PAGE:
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Some Amazing Data/Teaching Resources

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Bill Gates wants people he hires to read two of his favorite books: The Better Angels of Our Nature, by psychologist Steven Pinker, and Factfulness by the late Hans Rosling.

 

I, too, have loved these books, which form a complementary pair. Pinker argues—our current malaise notwithstanding—that the world is getting better. World hunger is abating, child labor is disappearing. Murder and wars are less common. Literacy is increasing. Given a choice between living a half-century or century ago or today, any sane person would choose today.

 

Rosling mined world data to document these trends and many more. And now the Rosling family’s Swedish foundation is offering stunning dynamic graphic displays of world data.

 

For example, see here and click on the animation for a jaw-dropping depiction of the life-expectancy increase (in but an eye-blink of our total human history).

 

Today’s average human lives much longer, thanks partly to the dramatic decline in child mortality from a time when nearly half of children died by age 5 (and when there was biological wisdom to having more than two children).

 

Other show-the-class goodies include:

These facts should whet your informational appetite. For more, explore www.gapminder.com/data. “Gapminder makes global data easy to use and understand.”

 

And then explore www.OurWorldInData.org, founded by Max Roser. This is an Oxford-based source of world data on all sorts of topics. “Our World in Data is about research and data to make progress against the world’s largest problems.” An example, presenting World Bank/United Nations data on the “missing women” phenomenon in certain countries since the advent of prenatal sex determination:

356909_Data and facts nov19.png

On the commercial side, www.statista.com has a wealth of information—such as, from my recent searching, data on anti-Semitic crime trends, social media use, and dating app usage.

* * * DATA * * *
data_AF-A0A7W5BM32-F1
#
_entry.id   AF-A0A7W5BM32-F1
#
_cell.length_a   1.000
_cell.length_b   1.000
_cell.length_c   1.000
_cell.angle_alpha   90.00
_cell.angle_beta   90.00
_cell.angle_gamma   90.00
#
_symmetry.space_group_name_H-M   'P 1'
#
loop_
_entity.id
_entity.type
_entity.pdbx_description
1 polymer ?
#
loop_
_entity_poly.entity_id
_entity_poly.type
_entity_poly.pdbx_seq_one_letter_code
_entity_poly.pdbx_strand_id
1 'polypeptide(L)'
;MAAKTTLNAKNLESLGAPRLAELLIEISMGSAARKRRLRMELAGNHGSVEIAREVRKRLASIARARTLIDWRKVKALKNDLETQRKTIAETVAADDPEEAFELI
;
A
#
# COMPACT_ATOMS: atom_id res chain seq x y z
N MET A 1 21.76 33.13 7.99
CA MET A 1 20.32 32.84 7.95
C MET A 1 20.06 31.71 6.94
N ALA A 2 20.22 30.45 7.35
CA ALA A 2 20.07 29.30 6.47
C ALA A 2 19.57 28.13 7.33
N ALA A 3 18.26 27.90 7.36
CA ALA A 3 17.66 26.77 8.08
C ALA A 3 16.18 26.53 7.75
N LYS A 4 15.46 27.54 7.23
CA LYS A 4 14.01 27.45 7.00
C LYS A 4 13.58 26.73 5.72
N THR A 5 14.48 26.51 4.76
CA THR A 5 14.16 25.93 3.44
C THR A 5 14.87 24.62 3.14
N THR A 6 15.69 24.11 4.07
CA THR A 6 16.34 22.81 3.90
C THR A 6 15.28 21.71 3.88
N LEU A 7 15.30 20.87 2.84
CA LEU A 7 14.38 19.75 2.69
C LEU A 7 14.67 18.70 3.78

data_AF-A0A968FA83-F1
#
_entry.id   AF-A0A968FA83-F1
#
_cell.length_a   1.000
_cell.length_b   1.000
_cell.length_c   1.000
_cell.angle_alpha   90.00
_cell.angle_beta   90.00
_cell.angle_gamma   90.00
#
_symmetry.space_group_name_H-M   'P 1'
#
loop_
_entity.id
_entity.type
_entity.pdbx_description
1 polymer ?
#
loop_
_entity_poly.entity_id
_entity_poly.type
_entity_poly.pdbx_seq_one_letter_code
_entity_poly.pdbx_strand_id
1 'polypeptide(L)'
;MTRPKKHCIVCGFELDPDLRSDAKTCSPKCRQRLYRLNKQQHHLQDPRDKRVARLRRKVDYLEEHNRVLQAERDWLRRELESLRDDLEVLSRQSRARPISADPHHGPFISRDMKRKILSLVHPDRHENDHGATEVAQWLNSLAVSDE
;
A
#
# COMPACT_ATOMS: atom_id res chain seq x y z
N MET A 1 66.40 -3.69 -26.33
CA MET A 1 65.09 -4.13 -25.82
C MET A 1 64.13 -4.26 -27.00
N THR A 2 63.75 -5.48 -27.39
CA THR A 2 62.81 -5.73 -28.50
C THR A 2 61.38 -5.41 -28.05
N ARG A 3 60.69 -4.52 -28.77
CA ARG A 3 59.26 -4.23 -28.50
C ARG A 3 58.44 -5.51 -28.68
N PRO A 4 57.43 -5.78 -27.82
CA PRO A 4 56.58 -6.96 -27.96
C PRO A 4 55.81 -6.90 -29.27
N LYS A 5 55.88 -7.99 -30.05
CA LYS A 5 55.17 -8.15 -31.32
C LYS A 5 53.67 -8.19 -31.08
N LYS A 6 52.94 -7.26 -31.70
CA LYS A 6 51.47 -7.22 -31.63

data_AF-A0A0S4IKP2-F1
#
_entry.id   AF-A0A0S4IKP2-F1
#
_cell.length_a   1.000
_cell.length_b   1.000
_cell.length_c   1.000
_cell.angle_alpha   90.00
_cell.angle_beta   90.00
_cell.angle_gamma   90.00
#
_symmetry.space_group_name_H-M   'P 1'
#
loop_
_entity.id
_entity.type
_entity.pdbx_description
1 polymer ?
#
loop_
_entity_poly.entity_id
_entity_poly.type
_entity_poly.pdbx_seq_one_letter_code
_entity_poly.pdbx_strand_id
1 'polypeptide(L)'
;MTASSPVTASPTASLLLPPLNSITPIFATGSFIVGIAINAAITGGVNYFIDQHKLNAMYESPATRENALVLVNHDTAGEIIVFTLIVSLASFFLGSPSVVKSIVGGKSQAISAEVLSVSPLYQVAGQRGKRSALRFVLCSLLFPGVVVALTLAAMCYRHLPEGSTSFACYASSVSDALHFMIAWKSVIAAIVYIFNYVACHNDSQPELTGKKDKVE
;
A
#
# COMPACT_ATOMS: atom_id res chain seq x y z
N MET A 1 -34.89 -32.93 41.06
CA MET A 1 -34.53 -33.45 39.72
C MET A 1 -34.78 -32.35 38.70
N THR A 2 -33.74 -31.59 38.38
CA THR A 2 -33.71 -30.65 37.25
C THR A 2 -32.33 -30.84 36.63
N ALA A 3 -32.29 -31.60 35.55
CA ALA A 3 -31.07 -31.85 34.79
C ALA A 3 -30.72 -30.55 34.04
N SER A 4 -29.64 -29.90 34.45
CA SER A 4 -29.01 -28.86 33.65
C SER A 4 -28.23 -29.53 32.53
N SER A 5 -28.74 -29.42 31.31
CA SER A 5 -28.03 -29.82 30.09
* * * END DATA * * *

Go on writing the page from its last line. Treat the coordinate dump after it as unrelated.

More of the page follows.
For us data geeks, so many numbers, so little time.

 

Not everything is “better angels” rosy. In addition to sex-selective abortions, we are menaced by climate change, nationalism, hate speech, and rampant misinformation. Even so, the Pinker/Rosling message—that in many important ways life is getting better—is further typified by these very websites, which provide easy access to incredible amounts of information that our ancestors could never know.

 

(For David Myers’ other essays on psychological science and everyday life, visit TalkPsych.com.)

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About the Author
David Myers has spent his entire teaching career at Hope College, Michigan, where he has been voted “outstanding professor” and has been selected by students to deliver the commencement address. His award-winning research and writings have appeared in over three dozen scientific periodicals and numerous publications for the general public. He also has authored five general audience books, including The Pursuit of Happiness and Intuition: Its Powers and Perils. David Myers has chaired his city's Human Relations Commission, helped found a thriving assistance center for families in poverty, and spoken to hundreds of college and community groups. Drawing on his experience, he also has written articles and a book (A Quiet World) about hearing loss, and he is advocating a transformation in American assistive listening technology (see www.hearingloop.org).